Dave Bittner: Boy, that's a good question. I could - 'cause I can see - I'm going to say the middle one, the log in one, is the lowest... 

Joe Carrigan: Ah, you are correct. 

Dave Bittner: ...Because it's multiple steps. 

Joe Carrigan: That's right. 

Dave Bittner: But I'm a little torn between clicking a link because it's so easy to do - but a malicious attachment - if someone says, oh, here's a PDF, I could see people saying, oh, a PDF, that's benign. I'll just - what's this say? You know? So I don't know. I'm split between the two. Which one is it? 

Joe Carrigan: It's a malicious attachment, Dave. And there's your 20%. 

Dave Bittner: Oh. 

Joe Carrigan: Twenty percent of those are successful, right? 

Dave Bittner: Wow. 

Joe Carrigan: But in the data, only 9% of the phishing simulations are with a fake malicious attachment.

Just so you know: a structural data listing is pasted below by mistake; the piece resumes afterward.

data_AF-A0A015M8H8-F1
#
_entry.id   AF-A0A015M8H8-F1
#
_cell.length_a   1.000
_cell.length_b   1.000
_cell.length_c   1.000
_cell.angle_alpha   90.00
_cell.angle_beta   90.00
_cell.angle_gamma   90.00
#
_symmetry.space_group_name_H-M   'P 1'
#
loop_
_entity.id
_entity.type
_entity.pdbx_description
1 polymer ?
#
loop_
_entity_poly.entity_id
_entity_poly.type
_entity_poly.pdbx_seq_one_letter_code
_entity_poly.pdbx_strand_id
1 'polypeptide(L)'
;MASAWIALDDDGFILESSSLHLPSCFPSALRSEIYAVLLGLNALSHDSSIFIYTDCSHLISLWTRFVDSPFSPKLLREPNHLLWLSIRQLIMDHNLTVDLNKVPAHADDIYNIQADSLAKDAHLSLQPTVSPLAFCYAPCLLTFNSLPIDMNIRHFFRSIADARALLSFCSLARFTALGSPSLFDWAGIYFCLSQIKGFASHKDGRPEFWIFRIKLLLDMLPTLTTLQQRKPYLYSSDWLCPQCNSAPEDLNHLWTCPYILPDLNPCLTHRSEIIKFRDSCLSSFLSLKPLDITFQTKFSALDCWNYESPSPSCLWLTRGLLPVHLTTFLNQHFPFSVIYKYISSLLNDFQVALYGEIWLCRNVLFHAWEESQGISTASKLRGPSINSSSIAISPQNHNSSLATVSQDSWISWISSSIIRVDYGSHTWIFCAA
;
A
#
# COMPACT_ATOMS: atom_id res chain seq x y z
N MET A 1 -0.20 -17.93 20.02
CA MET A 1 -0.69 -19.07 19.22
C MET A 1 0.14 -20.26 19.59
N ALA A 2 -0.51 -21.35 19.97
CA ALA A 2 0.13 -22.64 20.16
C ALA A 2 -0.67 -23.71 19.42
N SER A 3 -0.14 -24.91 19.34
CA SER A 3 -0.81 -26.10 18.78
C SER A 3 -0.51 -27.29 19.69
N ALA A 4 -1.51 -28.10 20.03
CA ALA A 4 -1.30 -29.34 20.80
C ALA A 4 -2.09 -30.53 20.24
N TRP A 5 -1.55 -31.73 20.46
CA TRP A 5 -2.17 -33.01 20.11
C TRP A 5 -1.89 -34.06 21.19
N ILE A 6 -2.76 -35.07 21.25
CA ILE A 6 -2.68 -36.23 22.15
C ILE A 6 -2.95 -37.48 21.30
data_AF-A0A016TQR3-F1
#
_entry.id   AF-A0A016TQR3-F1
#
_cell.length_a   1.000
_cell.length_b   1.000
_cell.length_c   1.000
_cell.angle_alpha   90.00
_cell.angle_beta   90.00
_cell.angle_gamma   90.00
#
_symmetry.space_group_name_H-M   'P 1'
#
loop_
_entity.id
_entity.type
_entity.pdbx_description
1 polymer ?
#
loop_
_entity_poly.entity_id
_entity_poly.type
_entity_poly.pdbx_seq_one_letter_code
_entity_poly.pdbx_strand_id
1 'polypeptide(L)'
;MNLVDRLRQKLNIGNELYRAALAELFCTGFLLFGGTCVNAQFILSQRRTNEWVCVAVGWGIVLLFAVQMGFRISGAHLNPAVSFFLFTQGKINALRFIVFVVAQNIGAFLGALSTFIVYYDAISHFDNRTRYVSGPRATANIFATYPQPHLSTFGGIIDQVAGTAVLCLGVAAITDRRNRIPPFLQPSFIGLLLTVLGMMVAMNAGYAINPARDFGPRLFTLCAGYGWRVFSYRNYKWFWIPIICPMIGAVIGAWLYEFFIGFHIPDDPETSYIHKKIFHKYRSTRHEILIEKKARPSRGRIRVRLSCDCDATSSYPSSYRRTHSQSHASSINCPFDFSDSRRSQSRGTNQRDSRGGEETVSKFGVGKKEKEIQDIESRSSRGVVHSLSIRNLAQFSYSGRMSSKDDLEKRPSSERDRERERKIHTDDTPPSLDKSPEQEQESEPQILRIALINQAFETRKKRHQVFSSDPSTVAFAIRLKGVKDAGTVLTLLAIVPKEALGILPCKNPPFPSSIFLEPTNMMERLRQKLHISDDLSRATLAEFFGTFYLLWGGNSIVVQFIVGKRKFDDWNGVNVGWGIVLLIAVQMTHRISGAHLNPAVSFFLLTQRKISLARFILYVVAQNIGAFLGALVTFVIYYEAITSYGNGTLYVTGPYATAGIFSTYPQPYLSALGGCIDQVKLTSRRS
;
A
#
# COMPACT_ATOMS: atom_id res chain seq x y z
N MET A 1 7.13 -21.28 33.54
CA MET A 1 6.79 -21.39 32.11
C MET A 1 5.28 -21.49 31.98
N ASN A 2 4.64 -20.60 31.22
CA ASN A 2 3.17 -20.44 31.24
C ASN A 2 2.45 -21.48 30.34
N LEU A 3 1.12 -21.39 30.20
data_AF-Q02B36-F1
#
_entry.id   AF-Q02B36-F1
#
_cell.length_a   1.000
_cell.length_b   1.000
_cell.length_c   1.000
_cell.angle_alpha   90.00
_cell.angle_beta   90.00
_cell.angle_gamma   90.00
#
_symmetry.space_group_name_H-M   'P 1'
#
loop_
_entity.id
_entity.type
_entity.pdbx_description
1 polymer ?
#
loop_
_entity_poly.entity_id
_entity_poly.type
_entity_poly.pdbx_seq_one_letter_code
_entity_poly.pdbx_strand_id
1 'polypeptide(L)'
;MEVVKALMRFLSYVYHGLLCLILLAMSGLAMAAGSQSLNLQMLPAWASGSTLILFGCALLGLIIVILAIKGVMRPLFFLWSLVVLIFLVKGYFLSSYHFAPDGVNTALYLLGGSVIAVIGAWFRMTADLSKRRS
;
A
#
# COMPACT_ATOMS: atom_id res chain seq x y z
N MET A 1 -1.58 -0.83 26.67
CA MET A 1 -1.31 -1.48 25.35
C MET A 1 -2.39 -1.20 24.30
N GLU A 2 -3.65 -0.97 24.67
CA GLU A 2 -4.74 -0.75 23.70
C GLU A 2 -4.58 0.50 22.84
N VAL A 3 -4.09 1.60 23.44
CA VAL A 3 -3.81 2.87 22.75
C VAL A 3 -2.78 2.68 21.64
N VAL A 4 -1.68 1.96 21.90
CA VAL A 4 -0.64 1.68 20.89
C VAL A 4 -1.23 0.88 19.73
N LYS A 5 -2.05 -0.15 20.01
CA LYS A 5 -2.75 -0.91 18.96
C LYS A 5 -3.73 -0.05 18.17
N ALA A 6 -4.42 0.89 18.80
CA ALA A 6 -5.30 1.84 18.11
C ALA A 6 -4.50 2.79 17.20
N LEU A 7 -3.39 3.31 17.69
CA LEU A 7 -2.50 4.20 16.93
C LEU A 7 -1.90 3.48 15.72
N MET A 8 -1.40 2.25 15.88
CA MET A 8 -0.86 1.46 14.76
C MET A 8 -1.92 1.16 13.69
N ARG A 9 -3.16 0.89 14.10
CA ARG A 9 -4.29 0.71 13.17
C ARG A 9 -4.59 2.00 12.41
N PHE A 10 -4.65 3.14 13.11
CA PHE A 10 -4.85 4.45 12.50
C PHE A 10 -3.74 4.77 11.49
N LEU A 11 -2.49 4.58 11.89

Dave Bittner: OK. 

Joe Carrigan: So - but when they're sent, they're successful 20% of the time. Clicking on the link is 12%. And clicking on the link and adding information - you're 100% correct - because that's two steps, that's 4% - 4% of those are successful. 

Dave Bittner: OK. 

Joe Carrigan: There is a ton of information in this report, and because of time, we can't go into the whole thing. 

Dave Bittner: Yeah. 

Joe Carrigan: I may do another episode on this... 

Dave Bittner: OK. 

Joe Carrigan: ...Because there's a lot of stuff in here to talk about. This is a good report. We'll put a link in the show notes. They want some contact information to get it, but I think they're owed that for this report. It's a good report. 

Dave Bittner: All right, good. All right, well, as you say, we'll have a link to that in the show notes. It is time to move on to our Catch of the Day. 


Joe Carrigan: Dave, our Catch of the Day comes from a listener named Henning who writes, hello, I love your podcast. A friend of mine got a PGP-verified message on Discord with mountains of indisputable proof. And he sends screenshots. Dave, I think this is the first time we've had a Discord Catch of the Day. 

Dave Bittner: I think that's right.